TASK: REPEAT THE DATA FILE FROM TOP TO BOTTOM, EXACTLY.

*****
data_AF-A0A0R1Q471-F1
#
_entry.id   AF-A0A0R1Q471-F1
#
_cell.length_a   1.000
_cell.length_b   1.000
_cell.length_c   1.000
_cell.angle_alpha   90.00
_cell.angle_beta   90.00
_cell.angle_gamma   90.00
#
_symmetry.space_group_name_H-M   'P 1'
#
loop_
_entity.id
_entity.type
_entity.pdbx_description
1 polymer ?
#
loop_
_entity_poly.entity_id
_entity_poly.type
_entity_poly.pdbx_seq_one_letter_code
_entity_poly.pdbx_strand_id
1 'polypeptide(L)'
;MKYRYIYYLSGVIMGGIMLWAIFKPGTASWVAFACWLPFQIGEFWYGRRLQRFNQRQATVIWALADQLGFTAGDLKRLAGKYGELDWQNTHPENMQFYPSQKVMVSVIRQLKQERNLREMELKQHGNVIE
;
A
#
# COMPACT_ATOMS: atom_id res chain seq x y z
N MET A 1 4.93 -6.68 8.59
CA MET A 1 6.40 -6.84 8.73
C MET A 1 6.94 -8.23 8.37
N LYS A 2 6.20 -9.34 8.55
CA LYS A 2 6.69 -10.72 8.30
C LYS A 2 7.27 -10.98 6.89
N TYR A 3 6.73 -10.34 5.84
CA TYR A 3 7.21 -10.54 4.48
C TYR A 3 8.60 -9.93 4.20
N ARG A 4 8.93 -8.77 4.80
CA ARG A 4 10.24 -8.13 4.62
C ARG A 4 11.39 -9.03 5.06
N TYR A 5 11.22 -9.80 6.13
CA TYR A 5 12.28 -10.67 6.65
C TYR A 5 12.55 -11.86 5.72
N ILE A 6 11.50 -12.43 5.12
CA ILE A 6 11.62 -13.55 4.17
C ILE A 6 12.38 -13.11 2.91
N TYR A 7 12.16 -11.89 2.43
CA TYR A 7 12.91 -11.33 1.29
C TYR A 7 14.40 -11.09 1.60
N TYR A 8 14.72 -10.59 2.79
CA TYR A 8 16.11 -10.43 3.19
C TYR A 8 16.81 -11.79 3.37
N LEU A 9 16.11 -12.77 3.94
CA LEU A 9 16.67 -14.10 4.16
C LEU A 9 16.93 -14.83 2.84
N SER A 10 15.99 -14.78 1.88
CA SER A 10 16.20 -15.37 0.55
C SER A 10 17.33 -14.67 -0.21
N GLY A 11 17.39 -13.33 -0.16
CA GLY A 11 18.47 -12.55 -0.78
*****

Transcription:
data_AF-A0A0R1Q471-F1
#
_entry.id   AF-A0A0R1Q471-F1
#
_cell.length_a   1.000
_cell.length_b   1.000
_cell.length_c   1.000
_cell.angle_alpha   90.00
_cell.angle_beta   90.00
_cell.angle_gamma   90.00
#
_symmetry.space_group_name_H-M   'P 1'
#
loop_
_entity.id
_entity.type
_entity.pdbx_description
1 polymer ?
#
loop_
_entity_poly.entity_id
_entity_poly.type
_entity_poly.pdbx_seq_one_letter_code
_entity_poly.pdbx_strand_id
1 'polypeptide(L)'
;MKYRYIYYLSGVIMGGIMLWAIFKPGTASWVAFACWLPFQIGEFWYGRRLQRFNQRQATVIWALADQLGFTAGDLKRLAGKYGELDWQNTHPENMQFYPSQKVMVSVIRQLKQERNLREMELKQHGNVIE
;
A
#
# COMPACT_ATOMS: atom_id res chain seq x y z
N MET A 1 4.93 -6.68 8.59
CA MET A 1 6.40 -6.84 8.73
C MET A 1 6.94 -8.23 8.37
N LYS A 2 6.20 -9.34 8.55
CA LYS A 2 6.69 -10.72 8.30
C LYS A 2 7.27 -10.98 6.89
N TYR A 3 6.73 -10.34 5.84
CA TYR A 3 7.21 -10.54 4.48
C TYR A 3 8.60 -9.93 4.20
N ARG A 4 8.93 -8.77 4.80
CA ARG A 4 10.24 -8.13 4.62
C ARG A 4 11.39 -9.03 5.06
N TYR A 5 11.22 -9.80 6.13
CA TYR A 5 12.28 -10.67 6.65
C TYR A 5 12.55 -11.86 5.72
N ILE A 6 11.50 -12.43 5.12
CA ILE A 6 11.62 -13.55 4.17
C ILE A 6 12.38 -13.11 2.91
N TYR A 7 12.16 -11.89 2.43
CA TYR A 7 12.91 -11.33 1.29
C TYR A 7 14.40 -11.09 1.60
N TYR A 8 14.72 -10.59 2.79
CA TYR A 8 16.11 -10.43 3.19
C TYR A 8 16.81 -11.79 3.37
N LEU A 9 16.11 -12.77 3.94
CA LEU A 9 16.67 -14.10 4.16
C LEU A 9 16.93 -14.83 2.84
N SER A 10 15.99 -14.78 1.88
CA SER A 10 16.20 -15.37 0.55
C SER A 10 17.33 -14.67 -0.21
N GLY A 11 17.39 -13.33 -0.16
CA GLY A 11 18.47 -12.55 -0.78